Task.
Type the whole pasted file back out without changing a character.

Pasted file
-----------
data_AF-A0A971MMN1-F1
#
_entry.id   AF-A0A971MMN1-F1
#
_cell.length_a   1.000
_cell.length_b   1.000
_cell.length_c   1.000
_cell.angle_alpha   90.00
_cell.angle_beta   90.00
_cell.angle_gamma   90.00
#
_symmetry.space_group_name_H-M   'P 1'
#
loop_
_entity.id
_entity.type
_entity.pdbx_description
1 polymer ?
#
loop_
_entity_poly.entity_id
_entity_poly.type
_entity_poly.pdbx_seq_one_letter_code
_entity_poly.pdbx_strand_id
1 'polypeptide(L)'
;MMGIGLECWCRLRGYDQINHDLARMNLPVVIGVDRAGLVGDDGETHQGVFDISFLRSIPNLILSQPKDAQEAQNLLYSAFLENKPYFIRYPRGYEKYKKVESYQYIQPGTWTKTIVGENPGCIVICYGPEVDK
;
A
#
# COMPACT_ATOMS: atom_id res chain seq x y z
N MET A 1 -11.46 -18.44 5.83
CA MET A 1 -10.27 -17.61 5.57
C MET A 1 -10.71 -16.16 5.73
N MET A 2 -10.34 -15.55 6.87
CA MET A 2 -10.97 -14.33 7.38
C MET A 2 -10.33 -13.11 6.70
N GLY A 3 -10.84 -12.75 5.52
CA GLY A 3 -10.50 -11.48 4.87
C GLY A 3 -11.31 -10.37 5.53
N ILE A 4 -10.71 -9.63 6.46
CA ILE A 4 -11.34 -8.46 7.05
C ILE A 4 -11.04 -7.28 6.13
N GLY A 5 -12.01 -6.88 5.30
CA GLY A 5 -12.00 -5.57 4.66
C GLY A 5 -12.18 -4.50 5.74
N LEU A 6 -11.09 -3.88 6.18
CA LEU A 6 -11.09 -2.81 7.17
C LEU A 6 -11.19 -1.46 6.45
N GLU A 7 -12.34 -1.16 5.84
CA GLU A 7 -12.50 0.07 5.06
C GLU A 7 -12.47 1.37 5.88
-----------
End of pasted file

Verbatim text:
data_AF-A0A971MMN1-F1
#
_entry.id   AF-A0A971MMN1-F1
#
_cell.length_a   1.000
_cell.length_b   1.000
_cell.length_c   1.000
_cell.angle_alpha   90.00
_cell.angle_beta   90.00
_cell.angle_gamma   90.00
#
_symmetry.space_group_name_H-M   'P 1'
#
loop_
_entity.id
_entity.type
_entity.pdbx_description
1 polymer ?
#
loop_
_entity_poly.entity_id
_entity_poly.type
_entity_poly.pdbx_seq_one_letter_code
_entity_poly.pdbx_strand_id
1 'polypeptide(L)'
;MMGIGLECWCRLRGYDQINHDLARMNLPVVIGVDRAGLVGDDGETHQGVFDISFLRSIPNLILSQPKDAQEAQNLLYSAFLENKPYFIRYPRGYEKYKKVESYQYIQPGTWTKTIVGENPGCIVICYGPEVDK
;
A
#
# COMPACT_ATOMS: atom_id res chain seq x y z
N MET A 1 -11.46 -18.44 5.83
CA MET A 1 -10.27 -17.61 5.57
C MET A 1 -10.71 -16.16 5.73
N MET A 2 -10.34 -15.55 6.87
CA MET A 2 -10.97 -14.33 7.38
C MET A 2 -10.33 -13.11 6.70
N GLY A 3 -10.84 -12.75 5.52
CA GLY A 3 -10.50 -11.48 4.87
C GLY A 3 -11.31 -10.37 5.53
N ILE A 4 -10.71 -9.63 6.46
CA ILE A 4 -11.34 -8.46 7.05
C ILE A 4 -11.04 -7.28 6.13
N GLY A 5 -12.01 -6.88 5.30
CA GLY A 5 -12.00 -5.57 4.66
C GLY A 5 -12.18 -4.50 5.74
N LEU A 6 -11.09 -3.88 6.18
CA LEU A 6 -11.09 -2.81 7.17
C LEU A 6 -11.19 -1.46 6.45
N GLU A 7 -12.34 -1.16 5.84
CA GLU A 7 -12.50 0.07 5.06
C GLU A 7 -12.47 1.37 5.88